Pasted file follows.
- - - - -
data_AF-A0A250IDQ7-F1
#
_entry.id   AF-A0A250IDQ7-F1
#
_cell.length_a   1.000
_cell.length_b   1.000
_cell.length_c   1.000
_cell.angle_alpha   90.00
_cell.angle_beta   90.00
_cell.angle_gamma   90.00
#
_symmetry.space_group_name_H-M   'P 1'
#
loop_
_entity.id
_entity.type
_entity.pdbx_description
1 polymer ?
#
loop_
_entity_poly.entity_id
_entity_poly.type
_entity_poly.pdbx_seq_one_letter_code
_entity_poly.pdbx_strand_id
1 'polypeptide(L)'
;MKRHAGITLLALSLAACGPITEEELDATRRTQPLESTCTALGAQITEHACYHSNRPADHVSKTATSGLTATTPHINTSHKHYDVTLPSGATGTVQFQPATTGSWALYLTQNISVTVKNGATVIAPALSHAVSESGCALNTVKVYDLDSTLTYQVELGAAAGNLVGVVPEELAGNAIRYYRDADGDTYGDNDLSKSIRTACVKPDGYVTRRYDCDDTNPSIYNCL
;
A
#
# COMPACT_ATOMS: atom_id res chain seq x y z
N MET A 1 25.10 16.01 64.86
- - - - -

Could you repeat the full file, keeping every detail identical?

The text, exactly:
data_AF-A0A250IDQ7-F1
#
_entry.id   AF-A0A250IDQ7-F1
#
_cell.length_a   1.000
_cell.length_b   1.000
_cell.length_c   1.000
_cell.angle_alpha   90.00
_cell.angle_beta   90.00
_cell.angle_gamma   90.00
#
_symmetry.space_group_name_H-M   'P 1'
#
loop_
_entity.id
_entity.type
_entity.pdbx_description
1 polymer ?
#
loop_
_entity_poly.entity_id
_entity_poly.type
_entity_poly.pdbx_seq_one_letter_code
_entity_poly.pdbx_strand_id
1 'polypeptide(L)'
;MKRHAGITLLALSLAACGPITEEELDATRRTQPLESTCTALGAQITEHACYHSNRPADHVSKTATSGLTATTPHINTSHKHYDVTLPSGATGTVQFQPATTGSWALYLTQNISVTVKNGATVIAPALSHAVSESGCALNTVKVYDLDSTLTYQVELGAAAGNLVGVVPEELAGNAIRYYRDADGDTYGDNDLSKSIRTACVKPDGYVTRRYDCDDTNPSIYNCL
;
A
#
# COMPACT_ATOMS: atom_id res chain seq x y z
N MET A 1 25.10 16.01 64.86